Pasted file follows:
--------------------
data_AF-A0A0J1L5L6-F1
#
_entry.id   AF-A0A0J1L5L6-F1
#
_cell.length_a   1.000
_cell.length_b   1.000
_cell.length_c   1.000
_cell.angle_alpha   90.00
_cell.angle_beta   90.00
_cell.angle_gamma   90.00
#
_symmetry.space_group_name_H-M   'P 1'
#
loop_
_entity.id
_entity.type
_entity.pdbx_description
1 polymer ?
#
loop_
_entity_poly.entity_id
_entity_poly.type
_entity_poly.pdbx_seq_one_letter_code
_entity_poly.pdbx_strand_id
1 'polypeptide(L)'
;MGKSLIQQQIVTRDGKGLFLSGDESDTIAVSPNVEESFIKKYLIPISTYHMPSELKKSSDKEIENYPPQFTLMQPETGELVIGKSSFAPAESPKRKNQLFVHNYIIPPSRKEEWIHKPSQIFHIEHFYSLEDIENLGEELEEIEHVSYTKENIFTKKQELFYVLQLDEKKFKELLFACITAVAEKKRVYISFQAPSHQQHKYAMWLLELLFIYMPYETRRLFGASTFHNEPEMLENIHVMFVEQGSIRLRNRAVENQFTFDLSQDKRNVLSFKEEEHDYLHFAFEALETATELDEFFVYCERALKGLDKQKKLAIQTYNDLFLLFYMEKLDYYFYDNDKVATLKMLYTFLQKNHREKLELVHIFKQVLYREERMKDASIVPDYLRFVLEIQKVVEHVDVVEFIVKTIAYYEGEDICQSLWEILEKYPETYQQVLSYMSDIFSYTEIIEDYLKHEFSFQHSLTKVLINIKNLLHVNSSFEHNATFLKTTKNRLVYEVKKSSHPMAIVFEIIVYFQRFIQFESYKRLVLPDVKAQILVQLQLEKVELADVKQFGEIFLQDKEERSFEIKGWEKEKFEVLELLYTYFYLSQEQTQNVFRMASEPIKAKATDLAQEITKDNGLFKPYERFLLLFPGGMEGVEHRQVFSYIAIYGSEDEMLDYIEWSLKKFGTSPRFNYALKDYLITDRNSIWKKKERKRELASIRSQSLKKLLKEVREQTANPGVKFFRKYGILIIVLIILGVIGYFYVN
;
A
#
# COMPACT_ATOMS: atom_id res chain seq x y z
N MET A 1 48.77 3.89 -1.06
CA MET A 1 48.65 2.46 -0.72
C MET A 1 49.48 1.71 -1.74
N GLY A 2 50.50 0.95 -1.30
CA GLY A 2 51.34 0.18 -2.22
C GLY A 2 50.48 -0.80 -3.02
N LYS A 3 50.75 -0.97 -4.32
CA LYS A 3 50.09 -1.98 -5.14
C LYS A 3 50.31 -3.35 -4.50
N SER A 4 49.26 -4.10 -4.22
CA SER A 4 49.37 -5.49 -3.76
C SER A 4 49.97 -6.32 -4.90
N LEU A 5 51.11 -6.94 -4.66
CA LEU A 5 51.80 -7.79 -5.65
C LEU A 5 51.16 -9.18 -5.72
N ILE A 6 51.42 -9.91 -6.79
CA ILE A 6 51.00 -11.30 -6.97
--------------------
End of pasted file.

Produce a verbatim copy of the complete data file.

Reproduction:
data_AF-A0A0J1L5L6-F1
#
_entry.id   AF-A0A0J1L5L6-F1
#
_cell.length_a   1.000
_cell.length_b   1.000
_cell.length_c   1.000
_cell.angle_alpha   90.00
_cell.angle_beta   90.00
_cell.angle_gamma   90.00
#
_symmetry.space_group_name_H-M   'P 1'
#
loop_
_entity.id
_entity.type
_entity.pdbx_description
1 polymer ?
#
loop_
_entity_poly.entity_id
_entity_poly.type
_entity_poly.pdbx_seq_one_letter_code
_entity_poly.pdbx_strand_id
1 'polypeptide(L)'
;MGKSLIQQQIVTRDGKGLFLSGDESDTIAVSPNVEESFIKKYLIPISTYHMPSELKKSSDKEIENYPPQFTLMQPETGELVIGKSSFAPAESPKRKNQLFVHNYIIPPSRKEEWIHKPSQIFHIEHFYSLEDIENLGEELEEIEHVSYTKENIFTKKQELFYVLQLDEKKFKELLFACITAVAEKKRVYISFQAPSHQQHKYAMWLLELLFIYMPYETRRLFGASTFHNEPEMLENIHVMFVEQGSIRLRNRAVENQFTFDLSQDKRNVLSFKEEEHDYLHFAFEALETATELDEFFVYCERALKGLDKQKKLAIQTYNDLFLLFYMEKLDYYFYDNDKVATLKMLYTFLQKNHREKLELVHIFKQVLYREERMKDASIVPDYLRFVLEIQKVVEHVDVVEFIVKTIAYYEGEDICQSLWEILEKYPETYQQVLSYMSDIFSYTEIIEDYLKHEFSFQHSLTKVLINIKNLLHVNSSFEHNATFLKTTKNRLVYEVKKSSHPMAIVFEIIVYFQRFIQFESYKRLVLPDVKAQILVQLQLEKVELADVKQFGEIFLQDKEERSFEIKGWEKEKFEVLELLYTYFYLSQEQTQNVFRMASEPIKAKATDLAQEITKDNGLFKPYERFLLLFPGGMEGVEHRQVFSYIAIYGSEDEMLDYIEWSLKKFGTSPRFNYALKDYLITDRNSIWKKKERKRELASIRSQSLKKLLKEVREQTANPGVKFFRKYGILIIVLIILGVIGYFYVN
;
A
#
# COMPACT_ATOMS: atom_id res chain seq x y z
N MET A 1 48.77 3.89 -1.06
CA MET A 1 48.65 2.46 -0.72
C MET A 1 49.48 1.71 -1.74
N GLY A 2 50.50 0.95 -1.30
CA GLY A 2 51.34 0.18 -2.22
C GLY A 2 50.48 -0.80 -3.02
N LYS A 3 50.75 -0.97 -4.32
CA LYS A 3 50.09 -1.98 -5.14
C LYS A 3 50.31 -3.35 -4.50
N SER A 4 49.26 -4.10 -4.22
CA SER A 4 49.37 -5.49 -3.76
C SER A 4 49.97 -6.32 -4.90
N LEU A 5 51.11 -6.94 -4.66
CA LEU A 5 51.80 -7.79 -5.65
C LEU A 5 51.16 -9.18 -5.72
N ILE A 6 51.42 -9.91 -6.79
CA ILE A 6 51.00 -11.30 -6.97